Skip to main content

Raped women used as pawns in Congo war

By Nima Elbagir, CNN
Click to play
Rape victims speak for end to violence
  • The U.N. says more than 15,000 women were raped in the eastern Congo last year
  • It accuses militias and Congolese military
  • Women tell CNN how they were "taken into the forest" -- a euphemism for sexually assaulted
  • Doctor says: Rape is not only a weapon but it's kind of a strategy of war

Katana, Democratic Republic of Congo (CNN) -- Quiet, remote and beautiful villages have become the scene for unspeakable horror as women are raped as a weapon in war.

Violence in the democratic Republic of Congo is brutal and that includes armed gangs raping and killing.

A United Nations report said that in the last year more than 15,000 women were raped in the east of the Congo, but even the U.N. admits that is a conservative estimate.

Katana village is 30 minutes from Bukavu, the regional capital of South Kivu, just off the main road leading out of town.

It is one of the few "good roads," but turn off it and the track very quickly becomes little more then a footpath.

Poor infrastructure and the ever-present threat of violence have isolated this community, as they have done to rural communities throughout eastern Congo.

Both militias and Congolese troops move through this area.

The U.N. report accused Rwandan and Congolese militias, and the Congolese military, of violence against civilians and mass rape. Congo's defense minister has denied its soldiers were involved.

Video: Women march against rape in DRC

Regardless of who bears ultimate responsibility, the reality appears to be that nowhere is safe. The phrase "taken into the forest" has become a euphemism for sexual assault.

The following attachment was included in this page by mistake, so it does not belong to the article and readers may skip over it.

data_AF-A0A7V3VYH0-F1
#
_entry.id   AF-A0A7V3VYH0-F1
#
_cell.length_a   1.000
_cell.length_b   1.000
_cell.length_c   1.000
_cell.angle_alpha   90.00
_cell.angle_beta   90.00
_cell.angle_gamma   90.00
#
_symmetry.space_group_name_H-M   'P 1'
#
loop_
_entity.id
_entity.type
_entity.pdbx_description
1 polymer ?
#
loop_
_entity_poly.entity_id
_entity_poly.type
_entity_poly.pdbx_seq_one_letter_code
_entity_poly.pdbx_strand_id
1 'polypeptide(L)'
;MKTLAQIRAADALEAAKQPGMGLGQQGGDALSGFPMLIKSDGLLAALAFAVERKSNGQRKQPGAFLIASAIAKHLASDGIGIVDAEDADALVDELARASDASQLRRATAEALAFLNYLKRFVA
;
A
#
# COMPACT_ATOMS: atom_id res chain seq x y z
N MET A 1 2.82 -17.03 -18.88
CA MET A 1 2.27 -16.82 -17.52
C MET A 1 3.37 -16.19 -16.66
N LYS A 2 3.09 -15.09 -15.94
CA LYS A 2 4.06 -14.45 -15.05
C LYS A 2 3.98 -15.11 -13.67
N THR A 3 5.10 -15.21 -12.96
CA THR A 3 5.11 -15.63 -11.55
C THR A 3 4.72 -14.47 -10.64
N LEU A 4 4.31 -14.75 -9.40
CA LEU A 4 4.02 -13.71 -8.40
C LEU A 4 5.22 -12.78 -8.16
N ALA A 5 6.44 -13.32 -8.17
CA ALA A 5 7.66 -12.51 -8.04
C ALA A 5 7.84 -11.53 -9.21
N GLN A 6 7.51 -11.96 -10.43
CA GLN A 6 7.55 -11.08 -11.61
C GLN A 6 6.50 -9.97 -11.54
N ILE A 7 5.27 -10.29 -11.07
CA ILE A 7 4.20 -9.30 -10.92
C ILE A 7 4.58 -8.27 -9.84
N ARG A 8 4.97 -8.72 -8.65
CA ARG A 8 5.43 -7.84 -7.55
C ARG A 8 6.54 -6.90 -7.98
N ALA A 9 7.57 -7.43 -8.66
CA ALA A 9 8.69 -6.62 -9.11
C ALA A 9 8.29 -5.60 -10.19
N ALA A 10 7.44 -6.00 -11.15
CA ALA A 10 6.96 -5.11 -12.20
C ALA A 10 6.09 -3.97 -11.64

In Katana, Catholic priests have set up a trauma center dispensing medicine and counseling to local rape victims.

It is difficult for women to reach the main hospital, especially after an attack, so now at least they know there is somewhere they can get help.

One of the women, Tina Manajera, agreed to speak with CNN. She said she wanted "to be brave."

"The Rwanda militiamen came at night, everyone ran away, even my husband. But I don't blame him. That's all you can do when they come, try and run for your life."

Tina said she watched as eight other women were dragged out from their hiding places, as the militiamen ransacked the village.

She said they were led into the forest at gunpoint and when their attackers stopped for the night, they took turns raping the women.

"When it happens you lose consciousness because you're so afraid. I came to only as I was passed from man to man."

Rape carries a huge stigma in Congo. Many of the women at the center told CNN their husbands had left them because they were "Rwandan rebel wives."

Tina said she wanted to tell her story. She said: "The pain makes you brave."

"I am in pain every day. I would do anything to change that. Maybe if I tell you what happened to me other people out there in the world will hear and they can do something to make us safe, to make the pain go away."

In Bukavu, hospital doctors have a special unit dedicated to sexual violence.

Dr. Denis Mukwegi, the medical director at Panzi Hospital, said in the 20 years he's been a gynecologist at Panzi, they've treated around 25,000 women, many with severe sexual trauma. Currently, he says, they are seeing around 10 women a day

He said: "Rape is used as a weapon. It's not only a weapon but it's kind of a strategy of war.

"The way that they are raping women in front of their own husbands, their neighbors, I think that all this strategy is to bring women to get ashamed, their husbands to get ashamed, to humiliate them and in this condition they have no choice."

At Kahungu, another village in South Kivu, villagers outside their local church when CNN visited. There had been an attack the previous day and they had slept in the forest, afraid to return to their homes.

Noella M'bushugu said: "They arrived at night, they didn't even steal. They went straight to my husband, killed him and then hit me over the head and then stripped me naked. Then they took me into the forest."

Two days later, there were reports of another attack in Kahungu.